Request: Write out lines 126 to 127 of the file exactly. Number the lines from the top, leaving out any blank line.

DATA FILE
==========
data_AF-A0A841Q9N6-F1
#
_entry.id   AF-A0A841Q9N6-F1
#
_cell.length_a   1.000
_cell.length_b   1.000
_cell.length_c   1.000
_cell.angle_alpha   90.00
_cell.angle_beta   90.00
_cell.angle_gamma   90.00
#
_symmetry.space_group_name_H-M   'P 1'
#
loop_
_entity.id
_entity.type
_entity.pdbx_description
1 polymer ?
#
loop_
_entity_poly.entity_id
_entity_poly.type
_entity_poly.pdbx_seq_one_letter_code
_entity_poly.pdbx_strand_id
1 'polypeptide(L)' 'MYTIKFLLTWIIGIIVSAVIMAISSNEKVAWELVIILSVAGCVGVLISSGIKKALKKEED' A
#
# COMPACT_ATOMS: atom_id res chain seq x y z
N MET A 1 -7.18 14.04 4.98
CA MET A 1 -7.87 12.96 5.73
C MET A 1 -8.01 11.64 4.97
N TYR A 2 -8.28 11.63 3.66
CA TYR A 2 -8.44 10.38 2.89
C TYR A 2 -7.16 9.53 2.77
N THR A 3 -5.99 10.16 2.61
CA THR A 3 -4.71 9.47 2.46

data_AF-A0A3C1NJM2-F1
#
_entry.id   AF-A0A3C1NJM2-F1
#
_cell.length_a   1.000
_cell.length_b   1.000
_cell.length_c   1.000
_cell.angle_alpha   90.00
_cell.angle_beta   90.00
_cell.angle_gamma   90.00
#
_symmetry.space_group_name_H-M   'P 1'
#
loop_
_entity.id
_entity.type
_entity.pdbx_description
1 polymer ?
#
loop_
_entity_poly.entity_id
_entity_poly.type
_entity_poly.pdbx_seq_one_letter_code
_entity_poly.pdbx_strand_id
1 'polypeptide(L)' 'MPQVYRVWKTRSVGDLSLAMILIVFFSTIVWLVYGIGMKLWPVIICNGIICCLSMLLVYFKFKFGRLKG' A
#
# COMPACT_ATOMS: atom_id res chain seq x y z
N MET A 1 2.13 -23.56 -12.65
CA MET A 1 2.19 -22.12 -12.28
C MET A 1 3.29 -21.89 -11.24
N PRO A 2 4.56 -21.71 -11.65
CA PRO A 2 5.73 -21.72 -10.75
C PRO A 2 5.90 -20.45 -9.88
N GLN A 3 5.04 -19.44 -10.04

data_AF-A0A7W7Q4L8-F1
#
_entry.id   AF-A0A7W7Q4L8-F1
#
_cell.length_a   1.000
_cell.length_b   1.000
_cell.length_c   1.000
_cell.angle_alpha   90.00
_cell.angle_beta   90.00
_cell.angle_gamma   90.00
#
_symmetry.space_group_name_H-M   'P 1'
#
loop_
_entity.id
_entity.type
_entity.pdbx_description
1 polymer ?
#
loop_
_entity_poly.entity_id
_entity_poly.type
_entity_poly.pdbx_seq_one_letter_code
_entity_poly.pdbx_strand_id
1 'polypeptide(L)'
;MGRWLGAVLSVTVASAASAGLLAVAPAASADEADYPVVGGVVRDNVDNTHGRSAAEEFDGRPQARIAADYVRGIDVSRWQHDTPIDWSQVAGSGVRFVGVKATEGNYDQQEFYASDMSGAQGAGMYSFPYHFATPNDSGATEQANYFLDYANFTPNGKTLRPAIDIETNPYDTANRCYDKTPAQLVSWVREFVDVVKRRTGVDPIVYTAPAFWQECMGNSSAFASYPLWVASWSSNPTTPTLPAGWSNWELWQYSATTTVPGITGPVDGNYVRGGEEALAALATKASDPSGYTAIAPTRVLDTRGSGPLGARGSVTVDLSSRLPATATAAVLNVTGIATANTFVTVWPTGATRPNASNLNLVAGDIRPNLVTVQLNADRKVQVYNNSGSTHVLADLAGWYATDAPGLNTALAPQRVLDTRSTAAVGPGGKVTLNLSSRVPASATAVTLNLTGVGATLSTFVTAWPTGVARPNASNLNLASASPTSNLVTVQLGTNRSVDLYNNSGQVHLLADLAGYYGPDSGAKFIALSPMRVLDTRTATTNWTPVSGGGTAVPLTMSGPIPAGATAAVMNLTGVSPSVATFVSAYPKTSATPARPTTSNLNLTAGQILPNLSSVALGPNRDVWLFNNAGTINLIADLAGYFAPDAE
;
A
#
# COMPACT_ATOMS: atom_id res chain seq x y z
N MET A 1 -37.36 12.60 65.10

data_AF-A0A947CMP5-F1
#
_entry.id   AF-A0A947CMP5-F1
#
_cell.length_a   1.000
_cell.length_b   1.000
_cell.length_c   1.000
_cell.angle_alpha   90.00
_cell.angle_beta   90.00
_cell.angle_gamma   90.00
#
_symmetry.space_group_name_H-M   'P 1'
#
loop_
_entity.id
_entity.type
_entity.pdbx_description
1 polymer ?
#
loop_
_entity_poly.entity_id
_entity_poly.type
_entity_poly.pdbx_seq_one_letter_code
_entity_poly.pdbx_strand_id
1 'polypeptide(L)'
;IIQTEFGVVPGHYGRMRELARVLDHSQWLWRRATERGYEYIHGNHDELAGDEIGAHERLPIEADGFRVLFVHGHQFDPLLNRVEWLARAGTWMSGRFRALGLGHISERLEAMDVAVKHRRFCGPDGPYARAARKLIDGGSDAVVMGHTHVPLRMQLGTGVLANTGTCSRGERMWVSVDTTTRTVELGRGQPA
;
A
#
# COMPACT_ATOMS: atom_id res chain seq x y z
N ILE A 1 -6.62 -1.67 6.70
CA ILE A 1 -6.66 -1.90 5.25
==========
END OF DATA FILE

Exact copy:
;IIQTEFGVVPGHYGRMRELARVLDHSQWLWRRATERGYEYIHGNHDELAGDEIGAHERLPIEADGFRVLFVHGHQFDPLLNRVEWLARAGTWMSGRFRALGLGHISERLEAMDVAVKHRRFCGPDGPYARAARKLIDGGSDAVVMGHTHVPLRMQLGTGVLANTGTCSRGERMWVSVDTTTRTVELGRGQPA
;